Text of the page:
The 72nd Street Subway station is one of my favorite buildings to photograph in NYC. Weird, right? The original station opened in 1904 and was part of the original subway with lines running from Brooklyn bridge to 145th Street (Wikipedia). The subway building in the background of the building above resembles the original while the one I photographed above was built in 2002. I like the way it contrasts from the tall square buildings all around it and the orange/yellow glow the lights give off. To get this shot took approximately two hours waiting for the light to be just right. I shot this in the evening but would recommend before sunrise, to reduce the amount of people, if you attempt it yourself.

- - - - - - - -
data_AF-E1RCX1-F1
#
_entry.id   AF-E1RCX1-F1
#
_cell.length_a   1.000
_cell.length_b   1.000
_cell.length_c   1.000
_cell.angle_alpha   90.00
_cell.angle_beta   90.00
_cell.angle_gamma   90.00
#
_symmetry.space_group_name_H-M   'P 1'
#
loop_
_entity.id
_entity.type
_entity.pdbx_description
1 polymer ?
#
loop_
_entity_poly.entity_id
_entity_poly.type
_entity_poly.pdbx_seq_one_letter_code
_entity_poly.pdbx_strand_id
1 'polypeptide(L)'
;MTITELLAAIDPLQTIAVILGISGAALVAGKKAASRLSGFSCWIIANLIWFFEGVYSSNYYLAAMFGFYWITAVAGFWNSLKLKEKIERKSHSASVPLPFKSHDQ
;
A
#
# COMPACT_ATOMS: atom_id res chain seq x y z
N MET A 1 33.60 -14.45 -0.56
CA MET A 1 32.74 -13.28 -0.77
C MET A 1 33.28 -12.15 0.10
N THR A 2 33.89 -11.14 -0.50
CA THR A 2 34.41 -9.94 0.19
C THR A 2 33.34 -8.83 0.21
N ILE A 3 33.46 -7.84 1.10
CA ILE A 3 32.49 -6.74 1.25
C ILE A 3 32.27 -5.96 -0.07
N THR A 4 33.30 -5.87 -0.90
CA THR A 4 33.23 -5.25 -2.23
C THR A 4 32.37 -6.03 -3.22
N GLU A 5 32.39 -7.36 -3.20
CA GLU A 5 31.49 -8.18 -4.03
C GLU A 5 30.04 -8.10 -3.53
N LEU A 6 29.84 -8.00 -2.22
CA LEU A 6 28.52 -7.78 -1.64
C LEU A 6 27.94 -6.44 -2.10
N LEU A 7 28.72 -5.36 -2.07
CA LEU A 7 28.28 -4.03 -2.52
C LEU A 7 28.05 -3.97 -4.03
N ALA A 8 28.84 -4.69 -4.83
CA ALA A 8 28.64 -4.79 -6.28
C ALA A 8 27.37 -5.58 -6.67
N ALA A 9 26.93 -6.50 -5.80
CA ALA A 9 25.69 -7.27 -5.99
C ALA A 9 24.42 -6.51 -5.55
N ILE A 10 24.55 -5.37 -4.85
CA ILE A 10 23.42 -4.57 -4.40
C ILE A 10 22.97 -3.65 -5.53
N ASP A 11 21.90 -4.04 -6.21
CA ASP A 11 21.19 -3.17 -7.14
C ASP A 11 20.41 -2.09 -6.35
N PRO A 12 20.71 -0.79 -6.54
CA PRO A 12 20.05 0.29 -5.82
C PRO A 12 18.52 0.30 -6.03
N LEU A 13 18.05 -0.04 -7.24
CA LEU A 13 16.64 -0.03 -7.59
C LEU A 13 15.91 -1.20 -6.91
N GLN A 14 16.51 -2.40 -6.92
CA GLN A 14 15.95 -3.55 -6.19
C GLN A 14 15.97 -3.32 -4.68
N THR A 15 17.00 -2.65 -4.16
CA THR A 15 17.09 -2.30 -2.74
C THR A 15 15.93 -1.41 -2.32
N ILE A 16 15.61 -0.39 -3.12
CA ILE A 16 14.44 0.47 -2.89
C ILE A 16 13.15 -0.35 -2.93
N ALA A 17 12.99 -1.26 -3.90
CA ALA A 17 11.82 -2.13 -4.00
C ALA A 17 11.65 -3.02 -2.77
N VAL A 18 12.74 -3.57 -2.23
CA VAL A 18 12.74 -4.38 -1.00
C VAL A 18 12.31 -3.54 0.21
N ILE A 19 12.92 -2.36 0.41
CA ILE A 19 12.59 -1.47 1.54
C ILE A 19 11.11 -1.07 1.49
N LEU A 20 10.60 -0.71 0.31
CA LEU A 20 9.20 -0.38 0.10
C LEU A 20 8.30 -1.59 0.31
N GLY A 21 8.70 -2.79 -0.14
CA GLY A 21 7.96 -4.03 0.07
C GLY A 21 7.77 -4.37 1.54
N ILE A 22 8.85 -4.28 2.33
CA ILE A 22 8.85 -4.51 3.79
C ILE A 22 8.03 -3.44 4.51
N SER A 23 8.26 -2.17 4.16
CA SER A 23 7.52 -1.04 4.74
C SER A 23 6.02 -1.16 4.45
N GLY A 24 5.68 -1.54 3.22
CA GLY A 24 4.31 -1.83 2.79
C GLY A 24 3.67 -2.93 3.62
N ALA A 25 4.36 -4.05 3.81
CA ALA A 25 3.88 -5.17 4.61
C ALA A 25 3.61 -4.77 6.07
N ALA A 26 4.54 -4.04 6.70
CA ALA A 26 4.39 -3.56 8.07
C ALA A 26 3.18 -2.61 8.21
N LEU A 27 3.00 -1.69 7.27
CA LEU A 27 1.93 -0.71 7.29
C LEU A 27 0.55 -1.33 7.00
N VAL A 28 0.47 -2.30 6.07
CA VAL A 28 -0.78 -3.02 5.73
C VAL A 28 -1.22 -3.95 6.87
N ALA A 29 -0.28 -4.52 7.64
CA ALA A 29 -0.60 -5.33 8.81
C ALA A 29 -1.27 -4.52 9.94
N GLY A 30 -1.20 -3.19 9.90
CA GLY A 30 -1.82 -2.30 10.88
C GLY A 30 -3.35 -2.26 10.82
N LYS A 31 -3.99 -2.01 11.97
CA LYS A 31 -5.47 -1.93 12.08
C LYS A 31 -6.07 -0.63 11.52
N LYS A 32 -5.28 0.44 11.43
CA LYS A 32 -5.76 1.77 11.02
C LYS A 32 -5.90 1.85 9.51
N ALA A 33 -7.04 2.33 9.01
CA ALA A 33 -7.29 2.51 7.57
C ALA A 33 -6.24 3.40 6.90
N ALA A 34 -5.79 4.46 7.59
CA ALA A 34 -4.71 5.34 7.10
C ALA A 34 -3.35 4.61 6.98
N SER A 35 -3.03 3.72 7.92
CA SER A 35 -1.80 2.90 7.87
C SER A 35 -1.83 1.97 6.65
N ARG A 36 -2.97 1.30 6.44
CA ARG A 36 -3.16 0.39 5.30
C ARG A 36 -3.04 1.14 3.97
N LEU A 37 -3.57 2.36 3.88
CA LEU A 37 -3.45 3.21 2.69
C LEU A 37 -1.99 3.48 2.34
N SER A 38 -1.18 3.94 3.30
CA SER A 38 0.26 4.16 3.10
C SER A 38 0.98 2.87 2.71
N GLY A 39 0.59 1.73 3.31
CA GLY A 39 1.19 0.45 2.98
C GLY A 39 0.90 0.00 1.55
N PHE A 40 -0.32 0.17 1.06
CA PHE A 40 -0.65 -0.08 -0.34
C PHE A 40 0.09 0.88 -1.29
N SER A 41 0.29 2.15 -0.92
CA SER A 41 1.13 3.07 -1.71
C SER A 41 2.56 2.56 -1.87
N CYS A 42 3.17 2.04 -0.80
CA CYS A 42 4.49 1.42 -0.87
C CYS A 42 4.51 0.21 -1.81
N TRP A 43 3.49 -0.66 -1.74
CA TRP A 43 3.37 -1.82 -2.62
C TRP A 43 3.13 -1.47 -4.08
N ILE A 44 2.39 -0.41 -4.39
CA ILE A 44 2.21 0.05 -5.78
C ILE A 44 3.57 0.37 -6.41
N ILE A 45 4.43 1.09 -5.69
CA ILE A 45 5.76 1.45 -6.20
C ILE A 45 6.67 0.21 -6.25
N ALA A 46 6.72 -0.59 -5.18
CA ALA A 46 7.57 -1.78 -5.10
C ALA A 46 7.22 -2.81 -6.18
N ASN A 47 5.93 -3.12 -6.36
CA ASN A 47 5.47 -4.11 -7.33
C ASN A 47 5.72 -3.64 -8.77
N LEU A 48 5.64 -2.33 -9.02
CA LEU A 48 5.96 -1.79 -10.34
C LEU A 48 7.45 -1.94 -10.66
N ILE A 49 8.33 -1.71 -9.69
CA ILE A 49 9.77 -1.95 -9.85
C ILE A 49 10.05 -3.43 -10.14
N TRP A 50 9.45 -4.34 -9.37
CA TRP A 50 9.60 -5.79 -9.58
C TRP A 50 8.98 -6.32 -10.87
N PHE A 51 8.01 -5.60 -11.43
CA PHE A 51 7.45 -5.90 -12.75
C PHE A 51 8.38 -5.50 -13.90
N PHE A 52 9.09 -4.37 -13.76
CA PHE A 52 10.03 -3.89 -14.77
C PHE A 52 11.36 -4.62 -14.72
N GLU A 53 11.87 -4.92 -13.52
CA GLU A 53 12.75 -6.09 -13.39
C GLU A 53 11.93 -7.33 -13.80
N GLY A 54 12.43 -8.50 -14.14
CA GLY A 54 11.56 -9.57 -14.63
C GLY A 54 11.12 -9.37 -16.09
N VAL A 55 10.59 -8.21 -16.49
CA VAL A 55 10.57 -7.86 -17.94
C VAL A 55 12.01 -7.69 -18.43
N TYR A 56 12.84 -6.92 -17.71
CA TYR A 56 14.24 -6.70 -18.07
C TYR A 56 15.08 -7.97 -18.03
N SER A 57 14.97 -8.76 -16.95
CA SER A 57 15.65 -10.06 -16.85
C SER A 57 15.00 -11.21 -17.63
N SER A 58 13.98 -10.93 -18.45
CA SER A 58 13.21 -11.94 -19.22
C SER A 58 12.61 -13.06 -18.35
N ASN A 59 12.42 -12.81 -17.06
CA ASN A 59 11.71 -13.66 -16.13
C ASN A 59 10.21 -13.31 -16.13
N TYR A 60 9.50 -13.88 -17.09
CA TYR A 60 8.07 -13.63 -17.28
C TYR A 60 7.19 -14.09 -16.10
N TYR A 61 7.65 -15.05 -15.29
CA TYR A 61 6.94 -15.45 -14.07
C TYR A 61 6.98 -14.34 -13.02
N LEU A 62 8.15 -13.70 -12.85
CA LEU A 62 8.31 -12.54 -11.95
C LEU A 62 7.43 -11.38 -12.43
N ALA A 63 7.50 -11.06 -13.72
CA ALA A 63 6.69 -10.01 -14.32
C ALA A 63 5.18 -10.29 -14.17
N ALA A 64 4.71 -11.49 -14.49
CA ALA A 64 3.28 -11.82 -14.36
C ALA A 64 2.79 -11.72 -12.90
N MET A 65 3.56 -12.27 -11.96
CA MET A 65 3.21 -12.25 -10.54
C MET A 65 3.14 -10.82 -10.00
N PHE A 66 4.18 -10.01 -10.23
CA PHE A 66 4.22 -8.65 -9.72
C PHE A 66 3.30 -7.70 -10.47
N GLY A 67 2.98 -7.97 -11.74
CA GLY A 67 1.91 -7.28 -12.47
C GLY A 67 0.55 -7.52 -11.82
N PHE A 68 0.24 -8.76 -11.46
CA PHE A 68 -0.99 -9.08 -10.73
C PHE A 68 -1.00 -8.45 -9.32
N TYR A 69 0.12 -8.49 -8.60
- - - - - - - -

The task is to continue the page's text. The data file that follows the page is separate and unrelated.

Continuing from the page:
The majority of the time it took to create this image was spent waiting for the perfect lighting. Too early and the image looked grey and washed out. Too late and the sky was too dark and the light looked white/blue rather than the warm glow it had right after the sun had set (the image above). I couldn’t shake the church group who was singing near the door, or the woman handing out literature on a public figure running for some type of office so I simply embraced them and immortalized them in my image.
In reality, I contemplated coming back before the sun came up at the butt crack of dawn but decided that I wanted the human element in the photograph to give perspective to the size of the building in relation to its surroundings. The human elements also adds a soft contrast to the hard lines and materials all through the frame.
With all of the amazing architecture in New York City, who would have guessed a humble subway station would look so cool? Feel free to leave your thoughts in the comment section below.